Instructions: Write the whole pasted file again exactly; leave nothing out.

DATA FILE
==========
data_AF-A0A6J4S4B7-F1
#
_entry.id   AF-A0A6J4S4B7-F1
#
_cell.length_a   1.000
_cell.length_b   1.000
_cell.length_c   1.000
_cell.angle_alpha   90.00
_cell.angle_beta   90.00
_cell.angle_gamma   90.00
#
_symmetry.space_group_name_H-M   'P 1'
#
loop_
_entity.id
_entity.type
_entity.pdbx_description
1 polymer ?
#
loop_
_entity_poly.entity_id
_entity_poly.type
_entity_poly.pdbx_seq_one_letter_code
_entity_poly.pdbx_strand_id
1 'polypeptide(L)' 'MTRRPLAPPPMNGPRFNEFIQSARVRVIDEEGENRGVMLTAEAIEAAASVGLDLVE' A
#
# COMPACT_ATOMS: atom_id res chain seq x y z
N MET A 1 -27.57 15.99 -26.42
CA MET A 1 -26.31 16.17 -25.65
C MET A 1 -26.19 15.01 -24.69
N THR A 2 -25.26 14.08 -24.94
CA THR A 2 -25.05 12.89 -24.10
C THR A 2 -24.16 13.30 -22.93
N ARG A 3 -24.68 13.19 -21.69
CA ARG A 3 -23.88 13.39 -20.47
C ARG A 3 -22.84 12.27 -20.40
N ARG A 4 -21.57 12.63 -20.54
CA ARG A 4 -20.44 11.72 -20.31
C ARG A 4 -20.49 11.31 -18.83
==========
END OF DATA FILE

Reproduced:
data_AF-A0A6J4S4B7-F1
#
_entry.id   AF-A0A6J4S4B7-F1
#
_cell.length_a   1.000
_cell.length_b   1.000
_cell.length_c   1.000
_cell.angle_alpha   90.00
_cell.angle_beta   90.00
_cell.angle_gamma   90.00
#
_symmetry.space_group_name_H-M   'P 1'
#
loop_
_entity.id
_entity.type
_entity.pdbx_description
1 polymer ?
#
loop_
_entity_poly.entity_id
_entity_poly.type
_entity_poly.pdbx_seq_one_letter_code
_entity_poly.pdbx_strand_id
1 'polypeptide(L)' 'MTRRPLAPPPMNGPRFNEFIQSARVRVIDEEGENRGVMLTAEAIEAAASVGLDLVE' A
#
# COMPACT_ATOMS: atom_id res chain seq x y z
N MET A 1 -27.57 15.99 -26.42
CA MET A 1 -26.31 16.17 -25.65
C MET A 1 -26.19 15.01 -24.69
N THR A 2 -25.26 14.08 -24.94
CA THR A 2 -25.05 12.89 -24.10
C THR A 2 -24.16 13.30 -22.93
N ARG A 3 -24.68 13.19 -21.69
CA ARG A 3 -23.88 13.39 -20.47
C ARG A 3 -22.84 12.27 -20.40
N ARG A 4 -21.57 12.63 -20.54
CA ARG A 4 -20.44 11.72 -20.31
C ARG A 4 -20.49 11.31 -18.83